Vikki Horsman suffered eight per cent burns over her body after she was doused with the acid during the horrendous attack on April 15 this year.
Rafiq, her former lover who is more than 60 years older than her, was described by the prosecution barrister Anthony Warner as "controlling".
Mr Warner said Ms Horsman had even converted to Islam and changed her name to Aleena Rafiq in 2013 to suit the old man, after starting a sexual relationship.
She had lost her mother and father in quick succession and "came to rely" on Rafiq, who bought her a car.
However, prosecutors say Rafiq, of Smethwick, West Midlands, became unhappy with Ms Horsman's increasing independence and increasingly "obsessed" with her movements, even going through her personal possessions.
On one occasion, Mr Warner said Rafiq had sent her photos of used condom packets he had apparently found in her bedroom.
Rafiq denies inflicting grievous bodily harm with intent on Ms Horsman, alongside two others.
The prosecution allege he planned the attack with co-accused Shannon Heaps, 23, and 25-year-old Steven Holmes, who is said to have carried out the attack in the porch of a house in Tividale, West Midlands.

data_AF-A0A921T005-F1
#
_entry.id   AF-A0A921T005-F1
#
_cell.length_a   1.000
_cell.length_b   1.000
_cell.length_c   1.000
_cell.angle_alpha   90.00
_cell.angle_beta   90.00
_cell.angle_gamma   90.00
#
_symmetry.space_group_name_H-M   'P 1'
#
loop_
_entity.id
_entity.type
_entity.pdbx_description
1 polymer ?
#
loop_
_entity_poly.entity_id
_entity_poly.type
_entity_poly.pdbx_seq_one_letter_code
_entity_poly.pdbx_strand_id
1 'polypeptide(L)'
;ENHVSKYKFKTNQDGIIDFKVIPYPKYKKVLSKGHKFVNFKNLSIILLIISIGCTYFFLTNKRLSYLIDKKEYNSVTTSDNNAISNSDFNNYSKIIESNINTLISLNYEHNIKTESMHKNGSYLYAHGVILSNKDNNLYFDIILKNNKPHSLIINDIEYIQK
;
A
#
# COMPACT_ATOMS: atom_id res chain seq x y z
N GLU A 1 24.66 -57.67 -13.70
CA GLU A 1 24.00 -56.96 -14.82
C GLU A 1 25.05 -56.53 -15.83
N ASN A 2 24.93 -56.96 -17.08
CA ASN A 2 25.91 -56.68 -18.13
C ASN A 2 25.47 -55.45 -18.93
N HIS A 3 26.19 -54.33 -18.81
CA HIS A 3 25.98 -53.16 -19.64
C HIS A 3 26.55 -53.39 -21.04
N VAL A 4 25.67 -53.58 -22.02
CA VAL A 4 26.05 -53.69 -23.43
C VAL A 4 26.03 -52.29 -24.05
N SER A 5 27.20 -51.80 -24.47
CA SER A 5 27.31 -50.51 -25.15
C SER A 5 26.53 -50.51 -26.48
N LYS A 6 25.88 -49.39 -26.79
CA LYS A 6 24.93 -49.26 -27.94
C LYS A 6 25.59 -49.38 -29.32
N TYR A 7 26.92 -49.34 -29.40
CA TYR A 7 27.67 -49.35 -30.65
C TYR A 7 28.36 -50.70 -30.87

Heaps, of Tividale, and Holmes, of Smethwick, are standing trial at Wolverhampton Crown Court together with Rafiq, who also denies a charge of perverting the course of justice.
Mr Warner said Ms Horsman, a nursing home worker, described how she was told a man was at the front door of the house by Rafiq, who had himself only popped in a few minutes before the attack.
But when she opened the door "a black liquid" was doused over her, hitting her directly in the face and neck.
Mr Warner said: "She screamed loudly and felt a terrible burning pain".
As she was sent reeling backwards by the assault, the prosecution barrister described how the victim saw the skin on her face "blistering" in a nearby mirror.
But he added that Rafiq "may not have bargained for the fact that, in her terror, the victim of the attack would get some of the black liquid transferred to him" - the older man's defence is expected to say he was also a victim of the attack.
Prosecutors argue witnesses and mobile phone evidence will prove Rafiq spoke and met with both Heaps and Holmes, in the hours beforehand.
Mr Warner told the jury they would also hear from a man who was present during a meeting between the three, hearing Rafiq tell Holmes he wanted the younger man to deliver "a gift to a girlfriend", and that Heaps would "show him the address".
The prosecution barrister added that before the attack on Ms Horsman, Rafiq handed a carrier bag allegedly containing the acid to Holmes.